The head of Revenue has thrown Ireland into a fresh Apple legal row, writes Fiachra Ó Cionnaith of the Irish Examiner.
Revenue chairman Niall Cody has insisted the tech giant's chief executive Tim Cook was "wrong" to claim a tax deal had been struck with this country while under oath in the US.
Mr Cody specifically rejected the claim during a detailed Dáil meeting in which he also said Ireland's tax authorities will seek to retrieve €13bn in unpaid taxes from Apple from January - regardless of the fact Government is appealing the EU ruling.
Speaking during the latest meeting of the Dáil's cross-party public accounts committee, Mr Cody was challenged to clarify Revenue's position on the multi-national crisis which is threatening the credibility of Ireland's tax system.
During a high-profile 2013 US senate committee meeting on his company's controversial international tax situation, Mr Cook said under oath that a "special tax arrangement" had been struck between the firm and Ireland in the 1980s.
When pressed on the matter at the time, Mr Cook clarified under oath - meaning if it is proven to be false or misleading it carries severe legal penalties in the US - "we negotiated a tax rate which meant that our tax was calculated at less than 2%."
However, asked by Sinn Féin TD David Cullinane about Mr Cook's US senate comments that a deal had been struck, Mr Cody twice said the view was "wrong" and "absolutely not correct".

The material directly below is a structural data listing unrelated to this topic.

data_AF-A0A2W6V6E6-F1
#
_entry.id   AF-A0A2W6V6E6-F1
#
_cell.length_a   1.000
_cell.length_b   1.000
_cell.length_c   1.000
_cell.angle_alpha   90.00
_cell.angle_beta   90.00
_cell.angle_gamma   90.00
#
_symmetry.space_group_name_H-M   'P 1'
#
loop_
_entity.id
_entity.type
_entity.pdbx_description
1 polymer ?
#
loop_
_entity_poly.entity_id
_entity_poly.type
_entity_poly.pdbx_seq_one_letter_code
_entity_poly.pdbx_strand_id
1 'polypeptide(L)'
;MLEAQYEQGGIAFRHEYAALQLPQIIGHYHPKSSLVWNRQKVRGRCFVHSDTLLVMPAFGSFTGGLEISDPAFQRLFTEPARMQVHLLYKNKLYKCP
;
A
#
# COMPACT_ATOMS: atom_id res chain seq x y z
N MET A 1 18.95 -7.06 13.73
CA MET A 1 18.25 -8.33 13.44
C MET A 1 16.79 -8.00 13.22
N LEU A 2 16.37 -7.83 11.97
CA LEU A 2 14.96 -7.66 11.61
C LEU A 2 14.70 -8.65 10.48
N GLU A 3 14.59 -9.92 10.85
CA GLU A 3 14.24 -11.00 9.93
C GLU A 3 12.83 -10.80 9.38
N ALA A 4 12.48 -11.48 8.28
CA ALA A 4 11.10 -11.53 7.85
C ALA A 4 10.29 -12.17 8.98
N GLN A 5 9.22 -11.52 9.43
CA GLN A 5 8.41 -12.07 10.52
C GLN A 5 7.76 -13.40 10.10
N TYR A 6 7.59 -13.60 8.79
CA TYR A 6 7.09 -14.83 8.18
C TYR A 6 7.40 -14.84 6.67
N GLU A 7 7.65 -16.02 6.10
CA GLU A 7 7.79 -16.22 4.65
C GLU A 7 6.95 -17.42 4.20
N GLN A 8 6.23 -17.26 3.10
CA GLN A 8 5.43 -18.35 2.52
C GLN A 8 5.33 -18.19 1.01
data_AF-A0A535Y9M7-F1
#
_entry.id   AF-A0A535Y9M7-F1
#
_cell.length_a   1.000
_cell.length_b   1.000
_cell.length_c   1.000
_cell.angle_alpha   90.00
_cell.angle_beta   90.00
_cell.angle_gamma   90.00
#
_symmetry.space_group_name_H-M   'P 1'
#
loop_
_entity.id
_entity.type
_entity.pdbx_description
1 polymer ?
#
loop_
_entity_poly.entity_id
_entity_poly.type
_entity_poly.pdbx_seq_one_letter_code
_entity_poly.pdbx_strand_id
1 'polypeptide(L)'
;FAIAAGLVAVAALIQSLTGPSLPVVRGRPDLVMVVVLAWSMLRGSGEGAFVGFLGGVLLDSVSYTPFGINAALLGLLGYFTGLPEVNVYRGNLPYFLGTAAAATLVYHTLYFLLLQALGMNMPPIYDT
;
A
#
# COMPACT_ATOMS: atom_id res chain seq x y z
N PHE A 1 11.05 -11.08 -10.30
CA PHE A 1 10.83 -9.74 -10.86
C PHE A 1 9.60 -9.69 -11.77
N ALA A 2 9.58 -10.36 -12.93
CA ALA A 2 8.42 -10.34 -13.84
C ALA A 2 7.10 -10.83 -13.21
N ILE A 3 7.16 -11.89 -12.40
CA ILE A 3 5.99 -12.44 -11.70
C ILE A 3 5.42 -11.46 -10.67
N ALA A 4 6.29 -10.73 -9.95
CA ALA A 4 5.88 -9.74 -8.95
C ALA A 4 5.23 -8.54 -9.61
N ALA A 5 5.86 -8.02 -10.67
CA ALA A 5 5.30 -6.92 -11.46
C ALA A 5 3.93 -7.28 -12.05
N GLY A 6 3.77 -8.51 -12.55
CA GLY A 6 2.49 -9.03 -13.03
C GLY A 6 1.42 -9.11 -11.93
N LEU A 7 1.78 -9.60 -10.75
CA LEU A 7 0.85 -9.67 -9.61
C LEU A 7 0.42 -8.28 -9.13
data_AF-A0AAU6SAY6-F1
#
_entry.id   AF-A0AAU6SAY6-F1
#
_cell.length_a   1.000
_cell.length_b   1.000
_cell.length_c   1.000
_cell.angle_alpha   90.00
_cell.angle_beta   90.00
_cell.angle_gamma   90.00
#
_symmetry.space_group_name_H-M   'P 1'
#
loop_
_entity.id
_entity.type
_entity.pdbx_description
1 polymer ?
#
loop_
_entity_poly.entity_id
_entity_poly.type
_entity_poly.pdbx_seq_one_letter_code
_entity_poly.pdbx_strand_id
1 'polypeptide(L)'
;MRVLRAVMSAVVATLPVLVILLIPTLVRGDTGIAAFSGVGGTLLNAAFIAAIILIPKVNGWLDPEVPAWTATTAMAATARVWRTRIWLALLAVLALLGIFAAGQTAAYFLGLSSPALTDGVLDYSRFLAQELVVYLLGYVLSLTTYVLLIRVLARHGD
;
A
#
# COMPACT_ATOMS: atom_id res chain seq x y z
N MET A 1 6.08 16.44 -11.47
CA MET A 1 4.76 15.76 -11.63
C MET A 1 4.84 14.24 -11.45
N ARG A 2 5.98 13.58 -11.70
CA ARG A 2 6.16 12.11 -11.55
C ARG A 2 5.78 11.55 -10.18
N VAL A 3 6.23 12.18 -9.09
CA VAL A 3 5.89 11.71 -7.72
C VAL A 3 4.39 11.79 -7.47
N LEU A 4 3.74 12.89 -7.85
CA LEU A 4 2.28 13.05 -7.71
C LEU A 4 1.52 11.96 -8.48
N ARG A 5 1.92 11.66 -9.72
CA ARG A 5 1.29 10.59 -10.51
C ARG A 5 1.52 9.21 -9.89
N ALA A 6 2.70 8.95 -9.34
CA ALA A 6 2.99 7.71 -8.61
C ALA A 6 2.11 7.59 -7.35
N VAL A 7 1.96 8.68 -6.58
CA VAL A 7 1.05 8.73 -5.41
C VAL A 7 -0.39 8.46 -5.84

"He is absolutely not correct... That was wrong, and I can't repeat that in any other fashion," Mr Cody said.
Mr Cullinane said the fact "the head of Revenue is saying Tim Cook gave false information, or incorrect information to a senate hearing is very, very serious" and must be addressed.
However, despite PAC chair and Fianna Fáil TD Sean Fleming suggesting it may have been a misunderstanding, Mr Cody again said no deal has ever existed with Apple.
The claim that Ireland offered Apple preferential corporation tax rates is central to a high-profile EU ruling earlier this year that this country provided the multi-national tech giant with illegal State aid and that the firm now owes Ireland €13bn.
Ireland has rejected the claim, and is appealing the case alongside Apple - meaning this country is turning down €13bn in funds as accepting the money would lead to confirmation Ireland is a tax haven.
The issue is currently the subject of a separate review sought by Independent Government ministers which is due to be completed in the coming weeks.
However, Mr Cody yesterday said regardless of the appeal, Revenue must retrieve the €13bn in funds and has been asked by the EU to provide an exact figure for how much is owed by January 2.